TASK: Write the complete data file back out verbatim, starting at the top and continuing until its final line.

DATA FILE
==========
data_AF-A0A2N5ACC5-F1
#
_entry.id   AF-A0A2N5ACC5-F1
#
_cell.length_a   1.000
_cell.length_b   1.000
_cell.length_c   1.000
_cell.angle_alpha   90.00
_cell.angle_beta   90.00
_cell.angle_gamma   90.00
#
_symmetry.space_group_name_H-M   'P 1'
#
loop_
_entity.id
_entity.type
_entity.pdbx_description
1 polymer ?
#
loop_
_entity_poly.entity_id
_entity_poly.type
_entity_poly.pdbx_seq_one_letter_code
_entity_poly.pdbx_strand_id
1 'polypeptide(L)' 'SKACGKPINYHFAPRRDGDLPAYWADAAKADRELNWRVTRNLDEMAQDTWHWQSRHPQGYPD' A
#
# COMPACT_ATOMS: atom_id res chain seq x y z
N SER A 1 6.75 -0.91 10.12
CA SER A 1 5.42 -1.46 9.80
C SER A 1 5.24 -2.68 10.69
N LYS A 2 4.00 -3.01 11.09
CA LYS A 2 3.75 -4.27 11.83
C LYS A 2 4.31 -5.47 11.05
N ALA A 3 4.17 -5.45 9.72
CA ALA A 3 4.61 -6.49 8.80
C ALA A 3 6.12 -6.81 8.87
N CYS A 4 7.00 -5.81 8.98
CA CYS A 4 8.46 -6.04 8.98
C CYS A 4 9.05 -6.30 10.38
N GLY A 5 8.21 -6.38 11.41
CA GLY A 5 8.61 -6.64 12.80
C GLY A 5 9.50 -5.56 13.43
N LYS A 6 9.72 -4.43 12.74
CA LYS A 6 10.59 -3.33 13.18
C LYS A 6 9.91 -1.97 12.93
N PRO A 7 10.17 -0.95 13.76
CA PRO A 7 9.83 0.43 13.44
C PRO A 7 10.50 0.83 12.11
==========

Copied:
data_AF-A0A2N5ACC5-F1
#
_entry.id   AF-A0A2N5ACC5-F1
#
_cell.length_a   1.000
_cell.length_b   1.000
_cell.length_c   1.000
_cell.angle_alpha   90.00
_cell.angle_beta   90.00
_cell.angle_gamma   90.00
#
_symmetry.space_group_name_H-M   'P 1'
#
loop_
_entity.id
_entity.type
_entity.pdbx_description
1 polymer ?
#
loop_
_entity_poly.entity_id
_entity_poly.type
_entity_poly.pdbx_seq_one_letter_code
_entity_poly.pdbx_strand_id
1 'polypeptide(L)' 'SKACGKPINYHFAPRRDGDLPAYWADAAKADRELNWRVTRNLDEMAQDTWHWQSRHPQGYPD' A
#
# COMPACT_ATOMS: atom_id res chain seq x y z
N SER A 1 6.75 -0.91 10.12
CA SER A 1 5.42 -1.46 9.80
C SER A 1 5.24 -2.68 10.69
N LYS A 2 4.00 -3.01 11.09
CA LYS A 2 3.75 -4.27 11.83
C LYS A 2 4.31 -5.47 11.05
N ALA A 3 4.17 -5.45 9.72
CA ALA A 3 4.61 -6.49 8.80
C ALA A 3 6.12 -6.81 8.87
N CYS A 4 7.00 -5.81 8.98
CA CYS A 4 8.46 -6.04 8.98
C CYS A 4 9.05 -6.30 10.38
N GLY A 5 8.21 -6.38 11.41
CA GLY A 5 8.61 -6.64 12.80
C GLY A 5 9.50 -5.56 13.43
N LYS A 6 9.72 -4.43 12.74
CA LYS A 6 10.59 -3.33 13.18
C LYS A 6 9.91 -1.97 12.93
N PRO A 7 10.17 -0.95 13.76
CA PRO A 7 9.83 0.43 13.44
C PRO A 7 10.50 0.83 12.11